My biggest peeve with the snake-oil MLM folks is that they always try to sell laziness (and sliminess). Our plan worked because we worked hard, put in the effort, worked the extra hours when necessary, did our own yardwork, bought reasonable cars, and so forth. People wanted to employ us because we made worthwhile contributions and benefited them. The whole idea of sitting on my duff being lazy and buying a ferrari does not even appeal to me. And I've met or worked with a few very powerful and wealthy people over the years and almost none of them drove fancy sports cars or wore expensive watches either. (Though a couple of them had their own private jets.)

And, where on the Forbes list of rich people are the MLM folks???

I think 'ol Billy is pitching his MLM stuff to the wrong crowd. The GRS folks are too sharp for all of that.


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 Post subject: Re: Saving Too Much ?
PostPosted: Tue Aug 21, 2012 1:11 pm 

Joined: Fri Sep 12, 2008 12:29 pm
Posts: 1562
Location: Seattle, WA
kombat wrote:
The reason I'm being so hard on Billy is because he's espousing the same brand of "Get Rich Quick" rhetoric that snake-oil MLM shysters use to play on peoples' avarice and indolence to entice them into schemes whose sole purpose is to exploit their naivete and separate them from their money. I despise such programs with a passion, and will shine a bright light on any cockroach that I suspect is trawling these forums for potential victims.


I now appreciate what you were trying to say in this paragraph. The OP said (s)he was on track to retire at age 55. That's an ambitious but not ludicrous goal. Billy Murphy tried to ratchet it up to 35. As you say, that requires saving a large fraction of your income, an unsustainable return on investment, or both. (Or a deus ex machina such as an inheritance, lottery win, sports/rock star career, selling an internet startup, etc.)

Anybody who is truly extreme enough to retire at 35 doesn't need your, my, or Billy Murphy's approval or advice to do so.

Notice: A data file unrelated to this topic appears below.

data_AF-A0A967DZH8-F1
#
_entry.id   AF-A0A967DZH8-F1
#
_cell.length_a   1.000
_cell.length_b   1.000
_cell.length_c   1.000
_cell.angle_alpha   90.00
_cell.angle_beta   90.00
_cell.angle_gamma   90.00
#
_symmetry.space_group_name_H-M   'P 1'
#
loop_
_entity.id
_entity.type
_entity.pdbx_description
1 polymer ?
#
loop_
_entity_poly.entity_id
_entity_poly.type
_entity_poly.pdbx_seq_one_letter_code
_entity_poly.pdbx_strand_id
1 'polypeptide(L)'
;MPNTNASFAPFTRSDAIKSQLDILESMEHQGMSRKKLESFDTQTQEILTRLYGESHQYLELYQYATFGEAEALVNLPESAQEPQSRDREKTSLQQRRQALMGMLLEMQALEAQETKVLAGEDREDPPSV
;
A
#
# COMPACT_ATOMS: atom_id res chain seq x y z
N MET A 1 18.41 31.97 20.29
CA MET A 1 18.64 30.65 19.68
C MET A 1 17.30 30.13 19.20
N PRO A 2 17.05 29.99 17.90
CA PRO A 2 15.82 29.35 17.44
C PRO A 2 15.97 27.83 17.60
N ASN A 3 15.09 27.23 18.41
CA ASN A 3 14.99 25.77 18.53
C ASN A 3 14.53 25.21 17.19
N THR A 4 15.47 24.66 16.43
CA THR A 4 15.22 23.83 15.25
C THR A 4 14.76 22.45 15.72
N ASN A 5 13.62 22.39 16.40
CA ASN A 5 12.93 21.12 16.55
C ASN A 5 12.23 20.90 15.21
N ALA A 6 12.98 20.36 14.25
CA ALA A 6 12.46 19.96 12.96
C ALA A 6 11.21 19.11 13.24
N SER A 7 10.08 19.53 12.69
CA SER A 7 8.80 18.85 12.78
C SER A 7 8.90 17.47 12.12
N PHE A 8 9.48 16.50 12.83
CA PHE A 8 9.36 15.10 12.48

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 Post subject: Re: Saving Too Much ?
PostPosted: Wed Aug 22, 2012 9:54 am 

Joined: Fri May 04, 2007 8:14 pm
Posts: 1569
Billy hasn't logged in since his last post on the 16th. I think Elvis has left the building.

Curiously enough, fortunecookie, who started a thread (called Another "get rich quick" or solid advice?) about Billy's site, hasn't been back since the 13th. Coincidence? I don't think so.


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 Post subject: Re: Saving Too Much ?
PostPosted: Wed Aug 22, 2012 11:28 am 

Joined: Fri Sep 12, 2008 12:29 pm
Posts: 1562
Location: Seattle, WA
VinTek wrote:
Billy hasn't logged in since his last post on the 16th. I think Elvis has left the building.

Curiously enough, fortunecookie, who started a thread (called Another "get rich quick" or solid advice?) about Billy's site, hasn't been back since the 13th. Coincidence? I don't think so.


It's weird since the OP in that case is so negative. But I guess "there's no such thing as bad publicity."

Since this whole tangent has almost nothing to do with the original post of this thread, I wonder if a helpful moderator would be willing to split it? Or move the posts to that other shill thread?


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 Post subject: Re: Saving Too Much ?
PostPosted: Wed Aug 22, 2012 4:02 pm 

Joined: Mon Feb 07, 2011 6:33 pm
Posts: 1063
Location: Illinois
stannius wrote:
Since this whole tangent has almost nothing to do with the original post of this thread, I wonder if a helpful moderator would be willing to split it? Or move the posts to that other shill thread?

I would, but I don't seem to have the ability to split threads or move posts... I can move whole threads and delete posts.


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 Post subject: Re: Saving Too Much ?
PostPosted: Wed Sep 12, 2012 2:38 pm 

Joined: Mon Sep 10, 2012 2:44 pm
Posts: 17
If you have saved enough then stop. Just leave what you have saved alone. Saving isn't a burdon because it reduces stress. The more I have in my emergency fund the less I worry about work. More in my IRA means less worry about retirement.